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We are carrying out checks at Great Ormond Street Hospital using our new way of inspecting services. We will publish a report when our check is complete.

Inspection Summary

Overall summary & rating


Updated 8 January 2016

Great Ormond Street Hospital for Children NHS Foundation Trust is one of four dedicated children's hospital trusts in the UK. The trust operates from a single site in central London. It is the largest paediatric centre in the UK for intensive care, cardiac surgery, neurosurgery, cancer services. nephrology and renal transplants. Children are also treated from overseas in their International and Private Patients’ (IPP) wing. There are more than 50 different clinical specialties at Great Ormond Street Hospital (GOSH). Together with the UCL Institute of Child Health, it forms the UK’s only academic biomedical research centre specialising in paediatrics. Its status as a Specialist Children’s Hospital means that most of the children treated are referred from other hospitals or overseas.

We carried out this inspection as part of our comprehensive acute hospital inspection programme adapted for dedicated children's hospitals. The trust was rated as low risk in the CQC intelligent monitoring system. The inspection took place between 14 and 17 April and unannounced inspections took place between 1 and 3 May 2015. We also inspected the Children and Adolescent Mental Health Services ( CAMHS) provided by this trust as part of our inspection.

Overall this trust was rated as Good. We rated it outstanding for being effective and caring. We rated it good in providing safe care. We rated it requires improvement for being responsive to patients needs and in being well-led.

We rated medical care and end of life care as outstanding. We rated critical care, child and adolescent mental health services and transitional services as good. We rated surgery, and outpatients and diagnostic imaging as requires improvement.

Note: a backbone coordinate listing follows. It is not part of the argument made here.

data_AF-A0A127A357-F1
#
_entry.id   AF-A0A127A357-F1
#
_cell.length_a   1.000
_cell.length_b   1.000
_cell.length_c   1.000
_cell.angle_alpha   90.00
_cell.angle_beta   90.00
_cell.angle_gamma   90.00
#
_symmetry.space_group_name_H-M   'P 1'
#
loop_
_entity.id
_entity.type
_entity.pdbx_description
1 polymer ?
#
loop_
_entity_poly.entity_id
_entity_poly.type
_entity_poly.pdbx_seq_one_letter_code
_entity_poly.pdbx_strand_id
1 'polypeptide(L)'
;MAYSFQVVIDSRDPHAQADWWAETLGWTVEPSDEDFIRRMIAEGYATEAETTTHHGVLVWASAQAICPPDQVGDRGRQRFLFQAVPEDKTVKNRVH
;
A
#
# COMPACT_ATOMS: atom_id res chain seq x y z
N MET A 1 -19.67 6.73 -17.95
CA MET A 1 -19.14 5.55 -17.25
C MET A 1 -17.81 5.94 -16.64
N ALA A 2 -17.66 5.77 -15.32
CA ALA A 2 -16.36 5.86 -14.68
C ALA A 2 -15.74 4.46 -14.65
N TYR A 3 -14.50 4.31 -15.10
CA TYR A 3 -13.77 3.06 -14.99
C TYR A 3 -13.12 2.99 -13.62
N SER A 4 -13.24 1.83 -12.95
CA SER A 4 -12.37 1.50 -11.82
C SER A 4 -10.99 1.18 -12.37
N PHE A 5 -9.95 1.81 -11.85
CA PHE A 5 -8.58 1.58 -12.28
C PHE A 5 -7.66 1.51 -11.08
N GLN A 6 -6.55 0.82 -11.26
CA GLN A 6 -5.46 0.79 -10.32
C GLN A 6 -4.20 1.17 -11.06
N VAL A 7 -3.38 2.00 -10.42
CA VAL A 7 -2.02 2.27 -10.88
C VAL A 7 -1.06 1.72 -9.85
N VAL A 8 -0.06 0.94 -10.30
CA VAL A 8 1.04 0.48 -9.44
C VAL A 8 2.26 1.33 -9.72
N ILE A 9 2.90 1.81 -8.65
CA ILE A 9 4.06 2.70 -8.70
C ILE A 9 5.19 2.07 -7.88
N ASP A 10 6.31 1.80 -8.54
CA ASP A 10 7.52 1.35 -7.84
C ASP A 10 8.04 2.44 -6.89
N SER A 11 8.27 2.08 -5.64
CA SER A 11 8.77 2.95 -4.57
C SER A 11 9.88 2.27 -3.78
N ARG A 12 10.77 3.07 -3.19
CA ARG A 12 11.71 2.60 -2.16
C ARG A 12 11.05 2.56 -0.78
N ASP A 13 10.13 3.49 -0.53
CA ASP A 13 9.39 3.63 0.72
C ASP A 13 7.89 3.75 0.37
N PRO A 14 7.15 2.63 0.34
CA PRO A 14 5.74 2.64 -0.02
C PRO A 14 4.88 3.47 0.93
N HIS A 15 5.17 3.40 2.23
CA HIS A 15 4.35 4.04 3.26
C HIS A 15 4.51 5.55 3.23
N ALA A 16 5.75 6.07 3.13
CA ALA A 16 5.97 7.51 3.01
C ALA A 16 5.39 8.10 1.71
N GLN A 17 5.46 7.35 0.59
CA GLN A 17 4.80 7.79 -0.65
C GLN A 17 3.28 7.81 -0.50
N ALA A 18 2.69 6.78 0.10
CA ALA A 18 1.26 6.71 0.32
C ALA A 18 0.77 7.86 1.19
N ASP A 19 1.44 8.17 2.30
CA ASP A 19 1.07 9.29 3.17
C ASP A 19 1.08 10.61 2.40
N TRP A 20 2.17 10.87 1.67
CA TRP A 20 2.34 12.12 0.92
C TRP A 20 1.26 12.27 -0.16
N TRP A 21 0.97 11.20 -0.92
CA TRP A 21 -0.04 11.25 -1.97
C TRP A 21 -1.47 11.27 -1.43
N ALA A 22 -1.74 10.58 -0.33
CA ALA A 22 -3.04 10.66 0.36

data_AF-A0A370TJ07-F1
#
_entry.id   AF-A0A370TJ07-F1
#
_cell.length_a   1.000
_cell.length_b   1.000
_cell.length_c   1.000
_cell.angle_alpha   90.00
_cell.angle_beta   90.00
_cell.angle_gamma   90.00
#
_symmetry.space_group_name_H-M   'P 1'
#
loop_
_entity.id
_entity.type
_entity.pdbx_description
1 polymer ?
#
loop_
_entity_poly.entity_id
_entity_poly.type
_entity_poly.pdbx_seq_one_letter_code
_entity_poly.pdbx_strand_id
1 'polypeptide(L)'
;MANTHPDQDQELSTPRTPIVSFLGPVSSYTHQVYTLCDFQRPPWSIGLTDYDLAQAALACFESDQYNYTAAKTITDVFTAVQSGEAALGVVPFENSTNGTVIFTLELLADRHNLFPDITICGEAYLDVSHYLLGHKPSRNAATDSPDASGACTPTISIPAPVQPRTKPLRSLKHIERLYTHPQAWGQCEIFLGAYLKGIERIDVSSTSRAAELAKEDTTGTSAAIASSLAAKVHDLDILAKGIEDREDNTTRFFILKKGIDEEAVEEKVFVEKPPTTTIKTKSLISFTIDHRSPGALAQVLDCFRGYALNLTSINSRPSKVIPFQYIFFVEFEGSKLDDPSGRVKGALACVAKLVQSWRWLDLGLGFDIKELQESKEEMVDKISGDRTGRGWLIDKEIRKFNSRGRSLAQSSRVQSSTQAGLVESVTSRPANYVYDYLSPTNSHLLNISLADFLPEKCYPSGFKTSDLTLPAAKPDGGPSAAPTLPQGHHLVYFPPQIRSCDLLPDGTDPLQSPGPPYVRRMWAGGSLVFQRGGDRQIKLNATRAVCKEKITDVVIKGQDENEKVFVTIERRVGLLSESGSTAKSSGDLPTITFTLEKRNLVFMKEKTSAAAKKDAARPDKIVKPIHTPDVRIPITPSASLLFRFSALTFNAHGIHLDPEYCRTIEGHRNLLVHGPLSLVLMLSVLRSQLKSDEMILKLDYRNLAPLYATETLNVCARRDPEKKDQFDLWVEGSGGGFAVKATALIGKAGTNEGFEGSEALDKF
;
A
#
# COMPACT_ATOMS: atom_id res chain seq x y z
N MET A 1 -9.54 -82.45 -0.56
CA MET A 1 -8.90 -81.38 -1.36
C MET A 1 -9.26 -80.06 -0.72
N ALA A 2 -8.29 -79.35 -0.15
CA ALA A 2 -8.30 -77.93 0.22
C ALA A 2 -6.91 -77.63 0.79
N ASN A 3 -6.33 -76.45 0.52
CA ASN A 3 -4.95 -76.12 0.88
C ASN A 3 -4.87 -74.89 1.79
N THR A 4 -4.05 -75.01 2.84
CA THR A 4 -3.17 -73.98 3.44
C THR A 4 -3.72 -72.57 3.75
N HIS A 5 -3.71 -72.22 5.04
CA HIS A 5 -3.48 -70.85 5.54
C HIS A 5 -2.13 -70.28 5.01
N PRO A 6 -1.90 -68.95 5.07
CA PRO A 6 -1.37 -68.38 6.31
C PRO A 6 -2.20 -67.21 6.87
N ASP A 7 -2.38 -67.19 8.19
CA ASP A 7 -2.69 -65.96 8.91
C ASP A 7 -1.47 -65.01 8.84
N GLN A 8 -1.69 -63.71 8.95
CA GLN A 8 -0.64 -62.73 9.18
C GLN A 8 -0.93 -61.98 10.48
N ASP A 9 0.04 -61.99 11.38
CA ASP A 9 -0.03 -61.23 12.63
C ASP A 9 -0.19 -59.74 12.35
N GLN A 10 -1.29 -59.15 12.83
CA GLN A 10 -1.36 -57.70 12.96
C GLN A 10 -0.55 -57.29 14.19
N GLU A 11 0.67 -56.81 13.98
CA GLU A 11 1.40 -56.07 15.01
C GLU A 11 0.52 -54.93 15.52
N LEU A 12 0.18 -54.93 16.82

Since our inspection, the trust alerted us to long-standing problems with the reliability of their patient information systems, which affected the validity of the trust’s reporting of referral to treatment (RTT) times. This had the potential to delay the admission of patients waiting for non-emergency treatment. We have reflected these problems in our assessment of services in this report.

Our key findings were as follows:

  • All staff working at the hospital were extremely dedicated, caring and proud to work for the hospital.
  • We saw high levels of care, professionalism and innovative treatment of patients who had been referred for care by other hospitals.
  • The culture was very open and transparent. Parents and children were kept fully involved in their treatment. There was an evident commitment to continually improve the quality of care provided. Children and young people were involved in decision making as far as possible.
  • We saw good examples of duty of candour in practice. Staff were very open when things had gone wrong, expressed full apology and offered full support to parents, children and carers.
  • The new Chief Executive was very visible, had shared his vision for the trust and had gained the early respect of staff members.
  • The executive team were well known to members of staff and patients and did regular walkabouts on the wards.
  • There was outstanding care demonstrated in all departments where there was a tangible level of staff working together in pursuit of excellence of care. All supported the mission statement of the trust which was " the child first and always".
  • When decisions were made to stop treatment, this was done thoroughly and with good governance via the ethics committee and always with maximum consultation with parents or carers.
  • The reporting of incidents was fully embraced by all members of staff we spoke with. Incidents were thoroughly investigated and learning obtained and shared with all staff across the hospital.
  • End of life care was embedded in all clinical areas of the hospital and not seen as the sole responsibility of the palliative care team.